By Tyler Durden,

Actions have consequences.  Even for the Fed.

That’s not a reference to the market’s grumpy reaction to the central bank’s continued rate hikes and quantitative tightening.  No.  The impact of both on financial assets were as obvious as they were inexorable.  To be sure, Wall Street’s resident soothsayers had a good run spinning tales that ‘this time’ was different. A tightening Fed, we were assured, was a good thing—a ringing endorsement of the economy’s indefatigable strength. But, in the end, there was simply no way around the basic fact: Just as rate cuts and QE were designed to expand the pool of credit and incent the embrace of risk, so would rate hikes and QT necessarily beget the reverse. And so they have.

But while the impact of receding liquidity and the reduced reward for reckless speculation and risk-taking have finally begun to play out on Bloomberg screens everywhere, the real devastation has yet to be revealed.  In the ensuing weeks and months the full and lugubrious legacy of the Fed’s great monetary experiment of the last decade will finally come into view.

Beyond inflating and bursting a bubble in corporate debt (with leveraged loans acting as posterchild), the Fed’s decade-long financial repression has had a far larger and more sinister impact: It has silently bankrupted the US pension system.

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Sound overly dramatic??

Here are the numbers from no lesser authority than the institution responsible for this destruction itself: the Federal Reserve.   By their calculations, at the end of the 3rd quarter, the funding shortfall of U.S. pension plans (public and private) stood at -$6.18t.  That’s trillion, with a capital ‘t’.  To put that in perspective, that’s roughly 30% of GDP:

But that’s not even the scary part.  The scary part is that this is the funding deficit NOW…after a decade of rampant financial asset inflation and a 10-year economic expansion. One shudders to imagine what the picture will look like as these tailwinds reverse.  If the last two cycles are any indication, it won’t be pretty. The DotCom bust sent the cumulative deficit from -$1.2t to -$3.1t and the GFC saw it swell from -$2.9t to -$5.3t.  Split the diff’ at a doubling of the deficit and we’d be looking at a hole of $12t before you can blink.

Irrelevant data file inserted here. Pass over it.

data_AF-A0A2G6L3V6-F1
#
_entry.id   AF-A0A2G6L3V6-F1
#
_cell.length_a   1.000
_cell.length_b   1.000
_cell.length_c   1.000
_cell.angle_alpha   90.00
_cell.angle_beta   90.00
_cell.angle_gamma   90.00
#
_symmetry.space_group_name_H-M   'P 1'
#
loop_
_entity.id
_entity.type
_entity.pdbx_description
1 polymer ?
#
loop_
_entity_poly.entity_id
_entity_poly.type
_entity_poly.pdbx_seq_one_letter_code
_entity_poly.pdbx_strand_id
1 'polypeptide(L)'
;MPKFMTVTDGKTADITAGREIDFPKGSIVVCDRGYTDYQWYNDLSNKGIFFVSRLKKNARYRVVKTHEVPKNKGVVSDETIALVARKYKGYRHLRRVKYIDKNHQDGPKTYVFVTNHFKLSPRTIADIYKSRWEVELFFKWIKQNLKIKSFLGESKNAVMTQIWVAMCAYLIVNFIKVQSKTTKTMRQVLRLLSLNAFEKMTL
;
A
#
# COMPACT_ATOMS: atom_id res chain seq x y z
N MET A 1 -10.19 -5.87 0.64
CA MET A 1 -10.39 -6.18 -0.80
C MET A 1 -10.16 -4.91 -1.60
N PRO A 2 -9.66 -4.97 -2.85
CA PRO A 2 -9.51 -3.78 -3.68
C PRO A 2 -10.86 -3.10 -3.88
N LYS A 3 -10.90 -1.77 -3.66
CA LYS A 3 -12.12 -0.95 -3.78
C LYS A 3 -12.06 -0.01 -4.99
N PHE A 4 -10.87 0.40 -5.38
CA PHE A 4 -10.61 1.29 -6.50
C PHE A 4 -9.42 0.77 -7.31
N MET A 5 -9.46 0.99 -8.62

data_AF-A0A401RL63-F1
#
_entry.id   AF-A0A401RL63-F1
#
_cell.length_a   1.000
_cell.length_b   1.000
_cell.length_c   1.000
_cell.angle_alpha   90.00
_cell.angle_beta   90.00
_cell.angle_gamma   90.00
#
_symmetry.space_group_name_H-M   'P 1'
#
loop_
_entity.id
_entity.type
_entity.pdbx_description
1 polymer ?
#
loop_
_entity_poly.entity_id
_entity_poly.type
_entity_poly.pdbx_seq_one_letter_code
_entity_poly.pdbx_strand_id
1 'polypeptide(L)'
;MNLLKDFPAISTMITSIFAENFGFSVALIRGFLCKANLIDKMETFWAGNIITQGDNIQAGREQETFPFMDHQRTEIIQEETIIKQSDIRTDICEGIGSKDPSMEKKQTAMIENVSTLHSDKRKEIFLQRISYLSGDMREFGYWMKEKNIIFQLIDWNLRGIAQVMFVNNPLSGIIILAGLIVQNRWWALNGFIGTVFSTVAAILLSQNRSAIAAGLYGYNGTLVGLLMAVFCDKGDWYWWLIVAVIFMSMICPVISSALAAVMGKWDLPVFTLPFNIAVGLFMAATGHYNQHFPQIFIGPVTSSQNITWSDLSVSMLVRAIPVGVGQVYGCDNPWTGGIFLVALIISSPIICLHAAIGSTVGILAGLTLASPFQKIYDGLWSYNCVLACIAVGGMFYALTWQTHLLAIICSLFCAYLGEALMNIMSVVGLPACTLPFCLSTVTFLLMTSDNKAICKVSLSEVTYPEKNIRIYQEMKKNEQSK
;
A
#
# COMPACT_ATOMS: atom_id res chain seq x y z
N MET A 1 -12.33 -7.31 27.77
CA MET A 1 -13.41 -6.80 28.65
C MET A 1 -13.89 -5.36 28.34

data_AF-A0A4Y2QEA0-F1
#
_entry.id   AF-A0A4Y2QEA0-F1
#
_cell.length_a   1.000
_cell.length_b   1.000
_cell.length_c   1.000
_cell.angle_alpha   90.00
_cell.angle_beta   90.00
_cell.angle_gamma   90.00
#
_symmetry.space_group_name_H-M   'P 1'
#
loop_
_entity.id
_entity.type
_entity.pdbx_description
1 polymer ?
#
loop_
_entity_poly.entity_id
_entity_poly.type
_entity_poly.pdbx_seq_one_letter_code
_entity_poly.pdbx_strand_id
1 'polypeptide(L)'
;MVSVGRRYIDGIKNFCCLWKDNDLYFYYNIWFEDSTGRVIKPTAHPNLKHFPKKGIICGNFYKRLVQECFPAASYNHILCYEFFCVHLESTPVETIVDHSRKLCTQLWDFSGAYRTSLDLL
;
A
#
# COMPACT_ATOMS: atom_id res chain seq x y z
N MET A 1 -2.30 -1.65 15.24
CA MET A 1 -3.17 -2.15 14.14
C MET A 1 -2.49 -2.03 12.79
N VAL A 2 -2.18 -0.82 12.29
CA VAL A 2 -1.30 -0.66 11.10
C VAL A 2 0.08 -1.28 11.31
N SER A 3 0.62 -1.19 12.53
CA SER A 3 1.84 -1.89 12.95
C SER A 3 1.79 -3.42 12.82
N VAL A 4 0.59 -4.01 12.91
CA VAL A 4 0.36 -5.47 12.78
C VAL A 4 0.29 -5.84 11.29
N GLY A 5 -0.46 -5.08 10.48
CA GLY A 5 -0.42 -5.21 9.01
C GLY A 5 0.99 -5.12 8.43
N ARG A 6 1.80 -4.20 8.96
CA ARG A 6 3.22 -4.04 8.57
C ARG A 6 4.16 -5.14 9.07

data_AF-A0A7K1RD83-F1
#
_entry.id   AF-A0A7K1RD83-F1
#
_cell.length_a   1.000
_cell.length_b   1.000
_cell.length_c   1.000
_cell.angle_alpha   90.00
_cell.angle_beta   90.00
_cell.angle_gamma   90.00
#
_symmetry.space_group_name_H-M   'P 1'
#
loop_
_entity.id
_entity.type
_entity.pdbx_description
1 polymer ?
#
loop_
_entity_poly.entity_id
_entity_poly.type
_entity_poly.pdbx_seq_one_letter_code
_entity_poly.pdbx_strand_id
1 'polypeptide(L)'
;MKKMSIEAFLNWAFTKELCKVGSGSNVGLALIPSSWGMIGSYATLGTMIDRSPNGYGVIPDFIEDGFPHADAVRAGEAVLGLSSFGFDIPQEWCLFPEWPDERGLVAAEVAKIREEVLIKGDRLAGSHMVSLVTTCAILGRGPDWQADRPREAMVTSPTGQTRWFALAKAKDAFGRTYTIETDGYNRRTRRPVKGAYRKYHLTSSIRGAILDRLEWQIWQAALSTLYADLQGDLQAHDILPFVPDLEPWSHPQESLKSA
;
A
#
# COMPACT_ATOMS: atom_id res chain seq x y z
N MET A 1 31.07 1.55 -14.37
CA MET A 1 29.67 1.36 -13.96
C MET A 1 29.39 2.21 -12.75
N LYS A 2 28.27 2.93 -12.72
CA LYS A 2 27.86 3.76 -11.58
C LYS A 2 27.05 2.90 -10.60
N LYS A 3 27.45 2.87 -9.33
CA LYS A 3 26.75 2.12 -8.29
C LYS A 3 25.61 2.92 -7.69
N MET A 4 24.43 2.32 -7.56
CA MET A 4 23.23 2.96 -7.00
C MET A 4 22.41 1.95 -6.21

The numbers are hard enough to fathom, much less figure a way out of.  No amount of fancy accounting footwork can bring these obligations into a realm where they can possibly be fulfilled.  Nor, I regret to add, does the standard operating procedure – blow it off and hope that time solves the problem.   With our rapidly-aging population, more and more retirees are knocking on the door to collect their benefits every day.

At its enormous size, even the effort to begin shoring-up these pension deficits (rendered newly urgent by the market meltdown) will have a material economic impact.  At the state and local level, balanced budget mandates are such that any monies directed to pensions will need to be diverted from spending and/or conjured via higher taxes.  And for corporations, freshly turned-out of the credit markets, the dough will come out of hiring and capex and/or share buybacks.  In the (likely) alterative that these untenable pension obligation are renegotiated and/or reneged upon instead, the saving onus would simply be passed from employer to employee.  And newly disenfranchised day laborers would be forced to ramp-up saving, by cutting spending.  Either way, the economy will take a material hit.

It’s true that the mushrooming of these deficits has occurred by dint of the Fed’s low interest rates over these last several years, which swelled the present discounted value of future obligations.  However, as the recent market action (and the experience of the last two times the Fed tightened into a bubble of its own making) makes plain, higher rates are hardly going to act as a cure…far from it.  At the risk of spilling any state secrets, the only way pension managers had a chance to meet 8% return assumptions in a 1% risk-free world was to stretch into the deepest corners of risk assets, now blowing up.

Sigh.  This was all totally foreseeable.  For the 3rd time in as many decades we are being reminded that the solution for excess debt is not, in fact, to incent economic and financial agents to borrow MORE.  Inflating financial assets in the hopes that, one day, the economy rises to meet them is a dangerous exercise—one that isn’t rendered any less perilous by a Fed that (incredibly) imagines it can ratchet-up rates and tighten the credit upon which both rest without consequence ?!!

After 9 ½ years of expanding economic activity and a decade of rising asset prices and falling volatility, it’s a reality which investors had altogether forgotten (and which the Fed obviously never recognized in the first place).  But it’s one that is about to come into sharp focus.


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